The core of this game is simple, which I like. A game of tile collection and laying. The aim is to complete a pattern determined by your player board. You score points for how many tiles you have adjacent to each other. The placing of the tiles is a satisfyingly tactile experience. It's also one of my favourite gateway games. I've introduced it to family and friends and never felt like I would dominate the game just because I know the rules, it feels fair. Except for when the little girl who you used to cradle to sleep steals the tiles you are trying to score. Leaving me scrabbling around fto pull together a meagre score. This makes me feel like I've been practicing chequers in preparation for a game of chess, with a grandmaster. I’m not even going to go into how I've treated in Azul: Summer Pavilion.

Meeple Circus

A fun dexterity game themed around putting on a circus performance. You balance wooden meeples on each other, creating a tower of animals, circus performers, wooden planks, and balls. The provided app has a timer that lets you select circus music to perform to in preparation for your performance. The pace of the music picks up the closer you get to the end of the timer. This ramps up the tensions in a way a sand-timer never has. Combine this with a girl who has small hands and nimble fingers. In contrast to my dinner plate hands and sausage fingers, you have a recipe for a daddy disaster. Too many times I've been sat at the end of a round looking at the carnage strewn around me. Strongmen crushed by elephants, conductors flattened by tumbling tumblers. I look across at the grinning girl opposite me, and her carefully assembled tower.

What did I do to deserve this?

My Little Scythe

Scythe, the beginner’s edition. A game that started life as a My Little Pony spin-off to Scythe, the print and play is still out there. The aim of this game is to complete four objectives before the other players do. You can do this through various means. The objectives are the same for all players and vary from collecting and delivering apples to winning pie fights and various things in between. This makes it sound like a sweet and innocent game. This sense is fostered further by the cute animals you get to play as. Animals that beg to be painted, if only I had that ability. So, what’s not to like? You have cute animals, pie fights, and rewards for being kind to your opponents. The game is simple, perform an action, perform a different action next turn.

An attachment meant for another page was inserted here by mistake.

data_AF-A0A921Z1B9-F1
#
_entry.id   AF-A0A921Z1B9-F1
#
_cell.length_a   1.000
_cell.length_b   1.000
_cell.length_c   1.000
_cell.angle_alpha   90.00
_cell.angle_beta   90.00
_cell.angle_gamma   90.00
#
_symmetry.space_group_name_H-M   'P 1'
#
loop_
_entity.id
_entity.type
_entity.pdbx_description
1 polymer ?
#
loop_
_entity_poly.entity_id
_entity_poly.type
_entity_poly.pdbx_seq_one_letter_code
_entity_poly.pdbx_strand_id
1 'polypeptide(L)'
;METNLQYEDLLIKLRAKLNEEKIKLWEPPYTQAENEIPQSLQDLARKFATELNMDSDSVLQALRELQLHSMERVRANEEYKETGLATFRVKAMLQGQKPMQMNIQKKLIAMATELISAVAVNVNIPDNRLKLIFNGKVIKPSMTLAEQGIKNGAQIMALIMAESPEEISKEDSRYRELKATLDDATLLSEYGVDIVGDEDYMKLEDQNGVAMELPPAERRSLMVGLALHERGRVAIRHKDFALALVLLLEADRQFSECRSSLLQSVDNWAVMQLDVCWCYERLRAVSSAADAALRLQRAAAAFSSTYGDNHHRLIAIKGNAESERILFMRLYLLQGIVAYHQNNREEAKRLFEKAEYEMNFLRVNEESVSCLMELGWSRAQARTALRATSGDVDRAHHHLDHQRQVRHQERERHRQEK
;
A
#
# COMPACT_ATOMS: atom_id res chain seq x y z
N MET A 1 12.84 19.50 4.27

Except for my daughter’s approach to this is how can I beat Dad? If there is an opportunity to be kind, then that will go to her Mum. A pie fight you say? Then have it all Daddy. To the point of being a broken wreck with only a couple of apples to my name.

A Level Playing Field?

All the games listed above are family games that I love to get to the table. I enjoy various elements of all of them. They are good family games and require very little learning. Above all else, I know I will win one of these games, someday. I shall persevere, I am tenacious, and I will not go gently into that quiet night. I will best that little girl if it’s the last thing I do. If I don’t, I will confiscate her Xbox controller. She may be smart, she may be good, but I am in charge. Or so she lets me believe.